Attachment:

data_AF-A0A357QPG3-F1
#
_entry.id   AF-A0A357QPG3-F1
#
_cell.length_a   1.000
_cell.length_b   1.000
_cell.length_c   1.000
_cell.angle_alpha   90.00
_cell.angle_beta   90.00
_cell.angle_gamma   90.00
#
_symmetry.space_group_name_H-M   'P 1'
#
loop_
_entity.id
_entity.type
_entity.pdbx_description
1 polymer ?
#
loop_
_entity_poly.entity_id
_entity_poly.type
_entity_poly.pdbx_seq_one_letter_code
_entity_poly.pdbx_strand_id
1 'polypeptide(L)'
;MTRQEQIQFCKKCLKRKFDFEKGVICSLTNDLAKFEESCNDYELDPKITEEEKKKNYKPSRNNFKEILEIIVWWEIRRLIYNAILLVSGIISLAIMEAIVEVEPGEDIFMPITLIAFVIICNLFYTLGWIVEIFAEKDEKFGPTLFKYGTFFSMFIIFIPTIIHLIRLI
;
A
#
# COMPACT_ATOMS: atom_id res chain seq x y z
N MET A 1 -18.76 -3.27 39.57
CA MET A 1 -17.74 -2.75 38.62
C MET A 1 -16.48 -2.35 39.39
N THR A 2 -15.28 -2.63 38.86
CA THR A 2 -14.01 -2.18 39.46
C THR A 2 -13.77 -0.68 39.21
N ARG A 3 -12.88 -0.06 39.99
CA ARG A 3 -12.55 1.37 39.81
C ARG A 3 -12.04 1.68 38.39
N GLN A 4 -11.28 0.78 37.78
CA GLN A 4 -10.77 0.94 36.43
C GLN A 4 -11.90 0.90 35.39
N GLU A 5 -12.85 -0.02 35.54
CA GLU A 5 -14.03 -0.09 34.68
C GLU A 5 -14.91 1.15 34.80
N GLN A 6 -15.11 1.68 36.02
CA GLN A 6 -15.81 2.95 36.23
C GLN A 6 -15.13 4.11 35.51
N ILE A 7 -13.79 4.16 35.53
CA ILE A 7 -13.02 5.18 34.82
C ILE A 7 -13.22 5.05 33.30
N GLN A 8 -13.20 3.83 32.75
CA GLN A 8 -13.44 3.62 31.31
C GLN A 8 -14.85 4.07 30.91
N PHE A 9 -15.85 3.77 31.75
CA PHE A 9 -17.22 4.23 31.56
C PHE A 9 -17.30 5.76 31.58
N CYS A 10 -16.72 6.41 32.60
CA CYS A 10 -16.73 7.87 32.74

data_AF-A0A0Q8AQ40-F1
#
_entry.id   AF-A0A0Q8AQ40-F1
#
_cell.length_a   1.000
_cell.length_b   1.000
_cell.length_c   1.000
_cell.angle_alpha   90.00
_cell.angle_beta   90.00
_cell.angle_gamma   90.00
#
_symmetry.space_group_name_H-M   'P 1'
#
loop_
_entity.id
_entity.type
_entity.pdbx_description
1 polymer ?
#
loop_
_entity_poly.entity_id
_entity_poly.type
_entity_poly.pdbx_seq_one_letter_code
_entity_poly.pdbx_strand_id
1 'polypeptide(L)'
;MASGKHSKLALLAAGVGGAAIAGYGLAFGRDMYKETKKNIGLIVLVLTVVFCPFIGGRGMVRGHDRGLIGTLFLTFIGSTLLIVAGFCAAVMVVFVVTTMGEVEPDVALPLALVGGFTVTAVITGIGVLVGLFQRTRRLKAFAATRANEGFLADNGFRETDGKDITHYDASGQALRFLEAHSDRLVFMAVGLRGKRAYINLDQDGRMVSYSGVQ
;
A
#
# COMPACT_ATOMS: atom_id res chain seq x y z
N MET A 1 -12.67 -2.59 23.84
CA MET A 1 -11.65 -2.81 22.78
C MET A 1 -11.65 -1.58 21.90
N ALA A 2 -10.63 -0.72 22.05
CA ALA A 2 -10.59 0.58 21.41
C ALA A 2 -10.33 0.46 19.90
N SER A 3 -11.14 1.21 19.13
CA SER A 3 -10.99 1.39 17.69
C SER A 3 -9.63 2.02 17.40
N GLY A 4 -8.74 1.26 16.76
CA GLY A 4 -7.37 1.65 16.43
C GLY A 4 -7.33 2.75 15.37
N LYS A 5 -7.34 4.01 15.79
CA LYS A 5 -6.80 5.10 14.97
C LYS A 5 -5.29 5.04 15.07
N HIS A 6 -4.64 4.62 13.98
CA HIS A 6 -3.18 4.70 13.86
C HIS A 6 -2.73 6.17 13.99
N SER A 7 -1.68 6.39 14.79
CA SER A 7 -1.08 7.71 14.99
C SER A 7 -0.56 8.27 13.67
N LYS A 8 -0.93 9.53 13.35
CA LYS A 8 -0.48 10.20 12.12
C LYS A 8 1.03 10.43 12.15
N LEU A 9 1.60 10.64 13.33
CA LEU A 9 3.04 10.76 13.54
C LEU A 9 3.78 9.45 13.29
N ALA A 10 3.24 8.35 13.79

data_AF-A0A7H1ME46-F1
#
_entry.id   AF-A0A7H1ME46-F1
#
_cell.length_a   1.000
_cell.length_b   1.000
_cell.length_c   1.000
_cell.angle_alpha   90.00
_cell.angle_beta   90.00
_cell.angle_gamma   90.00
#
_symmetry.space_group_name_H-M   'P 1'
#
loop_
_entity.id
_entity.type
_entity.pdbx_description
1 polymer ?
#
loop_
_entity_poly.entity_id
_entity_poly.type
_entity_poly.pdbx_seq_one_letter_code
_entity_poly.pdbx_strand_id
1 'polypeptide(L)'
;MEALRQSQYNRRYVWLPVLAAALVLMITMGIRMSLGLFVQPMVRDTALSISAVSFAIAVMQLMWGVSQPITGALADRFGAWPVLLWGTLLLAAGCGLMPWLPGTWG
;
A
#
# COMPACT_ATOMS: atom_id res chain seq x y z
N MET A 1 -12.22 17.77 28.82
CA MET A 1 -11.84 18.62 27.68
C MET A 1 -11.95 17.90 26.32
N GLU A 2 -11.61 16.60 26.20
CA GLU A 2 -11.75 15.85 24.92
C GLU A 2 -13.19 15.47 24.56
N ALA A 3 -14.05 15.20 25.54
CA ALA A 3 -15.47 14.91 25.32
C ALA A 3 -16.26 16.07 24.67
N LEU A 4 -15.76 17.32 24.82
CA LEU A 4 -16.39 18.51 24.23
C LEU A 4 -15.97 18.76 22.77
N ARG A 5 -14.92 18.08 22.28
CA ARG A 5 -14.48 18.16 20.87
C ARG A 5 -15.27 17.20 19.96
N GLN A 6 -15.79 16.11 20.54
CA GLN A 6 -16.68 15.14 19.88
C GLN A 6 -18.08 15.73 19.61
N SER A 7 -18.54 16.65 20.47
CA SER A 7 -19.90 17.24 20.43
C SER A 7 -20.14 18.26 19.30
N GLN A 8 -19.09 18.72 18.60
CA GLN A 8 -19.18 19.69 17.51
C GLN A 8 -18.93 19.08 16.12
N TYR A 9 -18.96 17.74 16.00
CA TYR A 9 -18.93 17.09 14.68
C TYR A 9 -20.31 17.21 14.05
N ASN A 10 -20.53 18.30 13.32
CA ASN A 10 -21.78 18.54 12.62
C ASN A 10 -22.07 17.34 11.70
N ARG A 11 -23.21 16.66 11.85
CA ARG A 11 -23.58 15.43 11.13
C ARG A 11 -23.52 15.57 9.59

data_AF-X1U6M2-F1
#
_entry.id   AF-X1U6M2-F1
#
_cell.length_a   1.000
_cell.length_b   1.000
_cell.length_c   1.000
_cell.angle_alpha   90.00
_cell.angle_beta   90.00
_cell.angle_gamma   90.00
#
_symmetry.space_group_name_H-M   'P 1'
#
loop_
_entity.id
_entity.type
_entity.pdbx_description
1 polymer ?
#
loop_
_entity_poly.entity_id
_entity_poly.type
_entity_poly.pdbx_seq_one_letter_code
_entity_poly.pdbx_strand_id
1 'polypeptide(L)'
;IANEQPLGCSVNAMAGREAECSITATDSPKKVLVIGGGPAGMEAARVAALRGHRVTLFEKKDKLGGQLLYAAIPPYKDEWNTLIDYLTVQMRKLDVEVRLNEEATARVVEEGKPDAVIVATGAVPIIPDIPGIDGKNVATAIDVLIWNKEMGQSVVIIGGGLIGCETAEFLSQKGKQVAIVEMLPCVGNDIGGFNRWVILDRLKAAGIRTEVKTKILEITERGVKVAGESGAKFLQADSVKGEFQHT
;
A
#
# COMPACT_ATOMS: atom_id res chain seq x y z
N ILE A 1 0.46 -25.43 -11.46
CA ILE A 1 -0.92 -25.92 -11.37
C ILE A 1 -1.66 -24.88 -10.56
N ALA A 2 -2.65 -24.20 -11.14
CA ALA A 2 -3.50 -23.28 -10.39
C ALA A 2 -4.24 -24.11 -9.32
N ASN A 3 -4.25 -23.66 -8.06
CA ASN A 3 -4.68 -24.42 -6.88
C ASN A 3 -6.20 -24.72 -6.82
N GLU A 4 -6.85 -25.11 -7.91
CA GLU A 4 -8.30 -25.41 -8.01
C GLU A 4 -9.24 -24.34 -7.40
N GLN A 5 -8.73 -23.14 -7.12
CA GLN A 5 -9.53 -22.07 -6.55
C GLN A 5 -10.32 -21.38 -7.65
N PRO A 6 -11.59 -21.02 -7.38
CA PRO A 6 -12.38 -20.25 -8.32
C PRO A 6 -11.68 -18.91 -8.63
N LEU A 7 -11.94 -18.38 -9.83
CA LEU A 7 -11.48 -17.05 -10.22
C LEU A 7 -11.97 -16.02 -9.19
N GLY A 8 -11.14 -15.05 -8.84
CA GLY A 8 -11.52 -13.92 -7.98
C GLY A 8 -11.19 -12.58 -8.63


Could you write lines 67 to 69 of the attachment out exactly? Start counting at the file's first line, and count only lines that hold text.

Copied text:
_cell.angle_alpha   90.00
_cell.angle_beta   90.00
_cell.angle_gamma   90.00